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a seat in the legislature, marked under the head of Loss, 25 do. Cock-tail. Will you be so obliging as to inform me what is meant by this species of refreshment? Though a stranger to you, I believe, from your general character, you will not suppose this request to be impertinent.” “I shall not hesitate to gratify the curiosity of my inquisitive correspondent: Cock-tail, then is a stimulating liquor, composed of spirits of any kind, sugar, water and bitters it is vulgarly called a bittered sling, and is supposed to be an excellent electioneering potion inasmuch as it renders the heart stout and bold, at the same time that it fuddles the head. It is said also, to be of great use to a democratic candidate: because, a person having swallowed a glass of it, is ready to swallow anything else.” First printed on Tuesday 13th May 1806 in New York’s Balance & Columbian Repository this exchange details the definition of the Cock-tail. Whilst there is no definitive literature that explains the origins of the term, this repartee clarifies exactly what was to be expected of a beverage of its type. Nowadays it is the norm to classify all mixed drinks with three or more ingredients as a Cock-tail; however the Cock-tail was classically a morning drink, a pick-me-up or an eye-opener if you must. At a time when drinks families had clear definitions, the one detail that separated the Cock-tail from other families was the crucial inclusion of bitters. So what are bitters I hear you ask? Put simply, they are a compound of herbs, roots, barks, spices and spirit which were originally used as a medicine. The final product should have layers and layers of flavour with a pronounced bitter, or bittersweet, flavour. It is worth noting that there are two common types of bitter, potable and non-potable, and it is advisable to understand the differences. Potable bitters, the likes of Campari, Fernet Branca and Jägermeister which can be consumed on their own, typically act as digestifs. Non-potable bitters such as Angostura Aromatic, Peychaud’s Aromatic, Dr. Adam Elmegirab’s Boker’s or Regan’s Orange #6 are not intended to be imbibed on their own, but instead are typically dashed into drinks to act as a flavouring agent and binder. Our interest for the moment is in this non-potable variety. Historically bitters were lauded for their ability to cure a vast number of ailments with many bitters producers making absurd claims that their product could cure a variety of illnesses. With that said, what is undeniable is their ability to aid digestion. When bitter flavours come into contact with the human tongue it stimulates a sequence of events that culminates in the flow of digestive juices to the stomach, liver, duodenum and pancreas. Many doctors believe it is the lack of bitter flavours in the diet of some United States citizens that is a contributory factor to digestive related health issues prevalent in the US. When you compare their digestive problems to the lack of such in Germany and Italy who are regular imbibers of bitter drinks such as Underberg and Campari, it appears that they may indeed have a valid point. Although bitters were traditionally consumed for their medicinal properties, they later found their way into food and primarily drink as a flavouring agent and digestive stimulant. Due to the many layers of flavour they contain bitters assist in the integration of flavours found within cocktails, bridging gaps between the various components and adding layers of complexity, depth and character. Think of food without seasoning and you are on the way to understanding why bitters play an essential role in many mixed drinks. Some refer to bitters as the salt & pepper of cocktails, and although I don’t feel that entirely does them justice I fully understand where they are coming from with the analogy. Bitters were a mainstay of mixology throughout the 1700s and early 1800s in spirituous drinks such as the Cock-tail. At their peak during the 17-1800s there were literally hundreds of bitters on the market such as Hostetter’s, Stoughton, Caroni, Celery, Pepsin and Schroeder, et al. In the mid-1800s, sometime after 1840 and likely the early 1850s, the Cock-tail as it was known would experience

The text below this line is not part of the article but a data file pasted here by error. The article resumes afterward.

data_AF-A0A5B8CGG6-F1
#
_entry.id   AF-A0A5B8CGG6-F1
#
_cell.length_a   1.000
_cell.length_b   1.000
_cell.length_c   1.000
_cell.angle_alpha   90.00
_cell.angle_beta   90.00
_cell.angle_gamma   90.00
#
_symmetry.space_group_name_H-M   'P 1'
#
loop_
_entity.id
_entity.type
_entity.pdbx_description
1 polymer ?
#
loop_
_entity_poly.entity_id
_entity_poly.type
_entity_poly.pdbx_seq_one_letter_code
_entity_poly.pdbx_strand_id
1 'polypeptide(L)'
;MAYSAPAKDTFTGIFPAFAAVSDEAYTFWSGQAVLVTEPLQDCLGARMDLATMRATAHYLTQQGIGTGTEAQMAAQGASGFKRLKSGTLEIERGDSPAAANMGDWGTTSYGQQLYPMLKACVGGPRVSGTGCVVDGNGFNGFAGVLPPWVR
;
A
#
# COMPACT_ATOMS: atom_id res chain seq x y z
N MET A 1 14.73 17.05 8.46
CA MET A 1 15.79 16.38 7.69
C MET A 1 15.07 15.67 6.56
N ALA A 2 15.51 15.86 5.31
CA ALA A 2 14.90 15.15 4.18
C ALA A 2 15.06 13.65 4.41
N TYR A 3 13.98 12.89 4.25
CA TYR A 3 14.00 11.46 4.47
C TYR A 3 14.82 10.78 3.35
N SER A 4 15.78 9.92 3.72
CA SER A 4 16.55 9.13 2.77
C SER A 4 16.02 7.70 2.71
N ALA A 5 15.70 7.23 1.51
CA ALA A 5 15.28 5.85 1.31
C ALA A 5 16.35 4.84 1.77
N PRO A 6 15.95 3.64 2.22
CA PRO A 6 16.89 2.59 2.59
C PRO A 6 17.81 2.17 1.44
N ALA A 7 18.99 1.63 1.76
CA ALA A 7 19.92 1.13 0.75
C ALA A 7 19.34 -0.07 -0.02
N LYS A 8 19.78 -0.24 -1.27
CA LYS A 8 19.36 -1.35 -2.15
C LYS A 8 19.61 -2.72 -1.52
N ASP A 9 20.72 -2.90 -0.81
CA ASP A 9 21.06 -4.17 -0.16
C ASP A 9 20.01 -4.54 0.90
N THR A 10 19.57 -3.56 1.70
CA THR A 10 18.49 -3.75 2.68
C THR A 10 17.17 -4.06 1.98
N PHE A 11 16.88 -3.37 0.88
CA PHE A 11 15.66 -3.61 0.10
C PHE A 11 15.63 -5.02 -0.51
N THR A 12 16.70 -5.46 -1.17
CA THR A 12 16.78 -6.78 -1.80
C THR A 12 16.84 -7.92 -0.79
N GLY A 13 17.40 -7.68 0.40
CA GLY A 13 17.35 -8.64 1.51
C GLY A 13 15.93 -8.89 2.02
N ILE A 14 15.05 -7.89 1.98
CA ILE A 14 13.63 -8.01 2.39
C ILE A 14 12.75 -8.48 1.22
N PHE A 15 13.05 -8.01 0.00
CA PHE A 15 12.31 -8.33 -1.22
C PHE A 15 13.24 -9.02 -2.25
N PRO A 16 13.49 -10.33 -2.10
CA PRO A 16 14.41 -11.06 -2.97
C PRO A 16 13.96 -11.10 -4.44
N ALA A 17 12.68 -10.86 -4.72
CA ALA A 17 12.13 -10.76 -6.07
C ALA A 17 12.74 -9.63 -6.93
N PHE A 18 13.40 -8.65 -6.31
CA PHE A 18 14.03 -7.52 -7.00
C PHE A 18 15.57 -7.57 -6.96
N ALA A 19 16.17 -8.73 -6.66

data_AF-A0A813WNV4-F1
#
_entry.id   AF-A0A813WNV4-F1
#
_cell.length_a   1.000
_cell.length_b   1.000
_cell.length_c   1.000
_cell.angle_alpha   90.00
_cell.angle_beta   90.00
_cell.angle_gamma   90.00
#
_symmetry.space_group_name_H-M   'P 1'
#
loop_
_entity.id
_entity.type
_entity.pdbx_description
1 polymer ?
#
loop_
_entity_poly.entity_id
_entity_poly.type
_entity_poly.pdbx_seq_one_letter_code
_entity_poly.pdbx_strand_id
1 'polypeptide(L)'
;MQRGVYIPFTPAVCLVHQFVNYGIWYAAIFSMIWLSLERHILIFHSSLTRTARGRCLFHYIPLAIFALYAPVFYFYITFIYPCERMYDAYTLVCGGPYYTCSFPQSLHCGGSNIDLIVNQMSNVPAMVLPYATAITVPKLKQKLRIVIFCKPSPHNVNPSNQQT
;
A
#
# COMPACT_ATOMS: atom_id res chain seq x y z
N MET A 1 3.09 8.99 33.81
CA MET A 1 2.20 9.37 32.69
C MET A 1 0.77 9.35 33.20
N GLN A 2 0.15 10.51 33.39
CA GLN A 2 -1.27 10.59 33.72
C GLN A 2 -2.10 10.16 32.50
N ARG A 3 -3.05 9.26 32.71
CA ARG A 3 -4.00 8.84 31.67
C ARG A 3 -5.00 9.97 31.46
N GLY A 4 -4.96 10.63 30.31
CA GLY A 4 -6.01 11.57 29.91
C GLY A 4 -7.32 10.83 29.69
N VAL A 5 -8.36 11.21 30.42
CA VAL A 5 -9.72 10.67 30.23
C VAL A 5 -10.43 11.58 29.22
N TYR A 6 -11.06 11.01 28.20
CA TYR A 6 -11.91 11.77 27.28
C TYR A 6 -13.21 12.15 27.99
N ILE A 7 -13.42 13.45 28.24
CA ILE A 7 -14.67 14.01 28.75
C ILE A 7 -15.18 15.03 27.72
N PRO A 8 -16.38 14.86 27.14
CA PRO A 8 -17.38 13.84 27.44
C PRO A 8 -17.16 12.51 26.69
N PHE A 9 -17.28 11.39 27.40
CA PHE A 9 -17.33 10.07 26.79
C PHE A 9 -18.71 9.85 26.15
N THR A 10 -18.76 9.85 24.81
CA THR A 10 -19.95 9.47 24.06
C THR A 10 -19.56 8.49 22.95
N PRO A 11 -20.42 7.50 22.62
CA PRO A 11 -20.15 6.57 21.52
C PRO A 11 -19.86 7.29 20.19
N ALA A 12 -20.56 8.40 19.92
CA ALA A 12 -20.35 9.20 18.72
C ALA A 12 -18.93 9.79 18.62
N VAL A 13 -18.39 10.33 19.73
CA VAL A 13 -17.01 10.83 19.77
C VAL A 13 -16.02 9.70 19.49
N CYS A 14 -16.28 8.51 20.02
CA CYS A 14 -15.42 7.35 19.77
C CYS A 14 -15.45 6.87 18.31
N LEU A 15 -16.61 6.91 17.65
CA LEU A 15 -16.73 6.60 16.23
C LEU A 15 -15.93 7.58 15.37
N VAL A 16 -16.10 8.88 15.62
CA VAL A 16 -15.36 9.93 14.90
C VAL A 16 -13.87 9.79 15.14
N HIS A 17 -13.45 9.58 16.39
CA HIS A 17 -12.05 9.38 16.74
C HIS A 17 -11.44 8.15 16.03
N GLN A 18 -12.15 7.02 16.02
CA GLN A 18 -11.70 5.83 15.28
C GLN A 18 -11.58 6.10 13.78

something of an Evo-lution [shameless plug]. Joseph Santini, the recently appointed manager of the New Orleans City Exchange, took the classic Cock-tail and added lemon juice, ice in place of water, Curacao and a sugarcrusted rim, thus giving birth to the Crusta. The Cock-tail would never be the same again. In the late 1800s, with vermouth and maraschino added to a bartender’s armoury, the likes of the Martinez, Improved Cocktail, Martini and Manhattan were born. Perhaps the greatest example of the Cock-tail’s development was witnessed in 1887 when the Morning Glory Cocktail first went to print in Jerry Thomas’ rewritten bartender’s guide. The name alone spells out this drink’s intentions to act as a corpse reviver of sorts. Take the classic Cock-tail of spirit, sugar, water and bitters, in this case brandy, whiskey, gum syrup, ice and Boker’s. Add to that some dashes of Curacao and Absinthe, two more favourites of bartenders in the late 1800s, a twist of lemon peel and stir with ice. Strain into a small highball to remove the ice, top with soda water and finish with a teaspoon of powdered sugar which will add some froth and fizz to the drink. And there you have a hangover cure as prescribed by Professor Jerry Thomas. These relatively simple changes to the Cock-tail gave us some of the greatest drinks ever created, with bitters at the heart of all these libations. Sadly, this was arguably the pinnacle of bitters’ influence on mixology as it was about to enter a period which would signal the death-knell for many US-based bitters companies. As we moved into the early 1900s the palates of bar patrons were ever-evolving with an increasing demand for lighter drinks that were predominantly citrus led. Bitters were not the only product to suffer during this time, with Old Tom gin and Dutch Genever losing favour to London Dry gin, and dark, funky rums falling behind light rums. Couple this with the passing of the Pure Food & Drug Act of 1906, which stipulated that patent medicines (the distinct classification that many bitters fell under due to their questionable medicinal properties) could no longer be sold with misleading labels or as a product which had no substance to their alleged claims, and the writing was on the wall: even more so when you consider what was about to happen in the succeeding years. Those companies that were fortunate to survive these troubled times were dealt the final nail in their coffin with the passing of the Volstead Act in 1919, which we now commonly refer to as Prohibition. This act prohibited the sale, manufacture, transportation, import and export of alcohol and alcoholic beverages and was in effect in the United States of America between 1920 and 1933. The lasting effects of Prohibition, the details of which are too lengthy to go into just now, were to be felt for decades, not just in the US but across the World with Cock-tail culture falling by the wayside until recent years. Thankfully two bitters producers survived this traumatic period, Peychaud’s Aromatic from New Orleans and undoubtedly the most famous bitters of them all, Angostura Aromatic, originally of Venezuela but nowadays based in Trinidad. It is the survival of these bottlings that has ensured the importance of Cock-tail bitters has never been forgotten, leading to the bitters renaissance we are currently experiencing. Across the globe bars and bartenders are experiencing something akin to a second coming of the Cock-tail, with many revisiting and rediscovering the lost arts of the 17-1800s, combining them with new-found methodologies, techniques and a deeper understanding of the history of the Cock-tail. Whereas before we would pick up vintage cocktail books and only dream of Tom Bullock’s Celery Sour with Celery Bitters, or Jerry Thomas’ Japanese Cocktail with Boker’s Bitters, or a Martini with Orange Bitters, we can now reproduce these classics and sample a little bit of history for ourselves. During the first Golden Age of the Cock-tail in the 1800s, bartenders had access to a variety of bitters with which they created a number of timeless libations such as the Martinez, Crusta, Manhattan, Sazerac, and Japanese Cocktail, to name but a few. The good work of a certain Dr. Adam Elmegirab and companies such as The Bitter Truth, Regan’s, Scrappy’s, Bob’s, Bittermen’s and Fee Brothers, who have all reformulated bitters that were lost to the sands of time or have themselves created new
bottlings, has meant the baton has now been passed from our forefathers to the bartenders of today so they can create their own classics in this new Golden Age of Cock-tails… Sláinte!